The best way to get started designing and choosing the placement of your new above ground swimming pool is with a trip to the local building department. Even people with large backyards, sometimes discover they’re limited with regard to pool size, or where they are allowed to put it. This is especially difficult if you have a septic tank and
Most towns in Massachusetts require the pool to be located directly behind the house. Anyone interested in installing a new above ground pool would do well to see about getting a copy of the local code requirements from their specific town offices.
Especially, if you are planning to place your new pool near a neighbors fence, near a septic system, or within ten feet from the back of your home. The local town building department will have all the necessary setback requirements and other regulations you need to know.
Some towns require your yard to be fenced in, or a perimeter fence installed on the top of the pool wall. Having to add a perimeter fence to the top of your pool can add a $1000.00 dollars to the cost of your project. In other towns here in the same state, they consider the pool wall over 48 inches to be enough of a barrier to entry, and no fence is required. It all comes down to how your town inspector interprets the code.
We have given up fighting with building inspectors and pulling permits. We install pools in so many cities now, with so many different requirements, it is no longer cost effective for us to spend the time needed at every building department pulling permits. Grab your permit while you are there if possible.
In most towns, pulling a permit is easy-breezy, and your in and out in a half hour. While some cities make it a fight from the permit application and approval to the final pool inspection, some make it easy with online applications. It is best, however, to begin sooner rather than later because you never know.
At least when you pull the permit, you know you’re going to have an independent inspection of all the work that gets done.
You will want to install the pool on as level an area possible to save money on the dig, and to prevent water from sloping toward the pool. If you are placing the pool near the house, and your roof is pitched toward the location of your new pool. You may have to install gutters or dig a drain to divert rushing water.
Layout For 24 Foot Round Above Ground Pool
To determine how much to dig for any size round above ground pool, or even if you want to mark it out so you can see and imagine where it is going. Take your pool size and divide it in half, then add on 1 foot for level ground or 2-3 feet for backyards with slopes /hills. This number is your radius.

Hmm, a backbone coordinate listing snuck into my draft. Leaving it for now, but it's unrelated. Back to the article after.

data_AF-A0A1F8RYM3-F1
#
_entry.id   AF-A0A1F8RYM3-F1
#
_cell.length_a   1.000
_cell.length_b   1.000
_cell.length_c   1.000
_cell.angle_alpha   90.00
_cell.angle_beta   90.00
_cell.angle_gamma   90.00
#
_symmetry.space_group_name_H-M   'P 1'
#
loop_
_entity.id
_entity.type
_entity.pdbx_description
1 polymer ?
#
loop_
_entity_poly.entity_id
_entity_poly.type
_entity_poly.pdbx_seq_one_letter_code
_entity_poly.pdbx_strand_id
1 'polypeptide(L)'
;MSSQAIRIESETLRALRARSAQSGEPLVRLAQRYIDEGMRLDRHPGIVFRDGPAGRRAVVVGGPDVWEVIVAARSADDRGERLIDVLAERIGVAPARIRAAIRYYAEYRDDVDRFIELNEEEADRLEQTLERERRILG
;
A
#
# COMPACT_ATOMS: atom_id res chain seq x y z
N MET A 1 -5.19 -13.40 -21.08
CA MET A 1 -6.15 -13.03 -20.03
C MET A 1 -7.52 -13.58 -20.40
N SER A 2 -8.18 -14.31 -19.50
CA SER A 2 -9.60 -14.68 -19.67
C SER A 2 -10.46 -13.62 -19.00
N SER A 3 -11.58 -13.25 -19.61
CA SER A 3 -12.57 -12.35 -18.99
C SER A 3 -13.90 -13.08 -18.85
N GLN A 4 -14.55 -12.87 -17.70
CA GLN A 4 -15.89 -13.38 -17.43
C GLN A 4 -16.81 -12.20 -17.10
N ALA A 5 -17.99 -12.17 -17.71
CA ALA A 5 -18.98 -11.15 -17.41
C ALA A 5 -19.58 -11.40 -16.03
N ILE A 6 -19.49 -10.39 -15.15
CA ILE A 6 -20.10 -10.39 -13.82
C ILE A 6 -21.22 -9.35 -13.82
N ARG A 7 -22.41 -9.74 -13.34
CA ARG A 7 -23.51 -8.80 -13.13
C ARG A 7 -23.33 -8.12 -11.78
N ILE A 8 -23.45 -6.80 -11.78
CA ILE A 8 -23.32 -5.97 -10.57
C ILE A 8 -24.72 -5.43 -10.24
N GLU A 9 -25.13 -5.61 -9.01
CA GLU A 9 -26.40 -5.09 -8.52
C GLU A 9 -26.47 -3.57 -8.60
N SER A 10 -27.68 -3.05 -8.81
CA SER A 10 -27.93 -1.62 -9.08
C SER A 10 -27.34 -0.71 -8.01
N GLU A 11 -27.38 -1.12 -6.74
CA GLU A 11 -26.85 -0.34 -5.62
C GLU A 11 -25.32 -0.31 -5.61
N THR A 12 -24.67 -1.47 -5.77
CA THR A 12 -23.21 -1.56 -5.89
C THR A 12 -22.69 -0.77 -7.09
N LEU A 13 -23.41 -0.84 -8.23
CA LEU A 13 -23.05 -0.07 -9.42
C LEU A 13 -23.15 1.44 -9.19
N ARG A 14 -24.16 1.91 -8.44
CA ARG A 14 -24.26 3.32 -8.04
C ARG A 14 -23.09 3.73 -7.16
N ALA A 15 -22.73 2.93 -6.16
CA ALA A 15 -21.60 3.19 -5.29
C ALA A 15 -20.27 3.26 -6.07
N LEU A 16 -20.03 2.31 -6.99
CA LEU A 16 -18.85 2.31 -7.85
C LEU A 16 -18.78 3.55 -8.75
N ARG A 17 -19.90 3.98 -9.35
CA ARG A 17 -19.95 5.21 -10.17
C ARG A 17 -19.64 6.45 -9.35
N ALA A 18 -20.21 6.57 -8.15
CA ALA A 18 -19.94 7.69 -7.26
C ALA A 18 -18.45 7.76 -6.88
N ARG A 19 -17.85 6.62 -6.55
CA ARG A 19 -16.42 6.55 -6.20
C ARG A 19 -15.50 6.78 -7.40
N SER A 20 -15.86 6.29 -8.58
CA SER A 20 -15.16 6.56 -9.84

The extra foot is to provide a one foot area all the way around the pool for drainage.
With your radius, drive a nail in the center of where you think the pool is going and walk around measuring from the marker and painting or marking the perimeter with flour.
For example, if your pool is a 24 foot round, and your yard is flat, your radius is 13 feet which give you a 26-foot diameter.
Layout For 15 x 30 Oval Above Ground Pool
For a 15 x 30 oval pool, drive two spikes into the ground 15 feet apart. Then walk a radius
of 7.5 feet around each spike, then connect the two circles by drawing straight lines on the outside edge of each circle, this will give you a 15 x 30 oval. With an eight foot
Rough Drawing 15 x 30 Layout
Rounds Vs. Oval
In my Above Ground Pool Buyers Guide, I compared a 15′ x 30′ pool to a 24′ Round. Even if you disagree with me about strength, round pools cost less to purchase, are much cheaper to install, and you have more area in the round pool to swim. So you will always get more value buying a round pool.
Do You Need A Deck?
Your above ground pool ideas better include a way to get in and out of your pool before you purchase a package. If you are building a deck right away, you can buy a package with a nice set of drop-in stairs. If you are going to wait on the deck, you will need an A-Frame ladder packaged with your kit. If you plan to build the pool now and a deck down the road, you can purchase an A-Frame ladder that will convert to for a deck for when it’s built.
Including A Patio In The Plan
If your not building a deck, you may like a nice patio. This will provide you a place to set up a lounge chair, or maybe a table with an umbrella and a few chairs. It is wise to plan a head, so you can have the area leveled during the same time the pool site is dug. No sense having heavy equipment brought out twice.
There are several inexpensive patio options that will enhance your enjoyment of your new pool. Without a clean deck or patio, people will be bringing much more dirt and grass into the pool. If your plan is to wait on a deck and a patio, having a foot rinse tub near the ladder will suffice.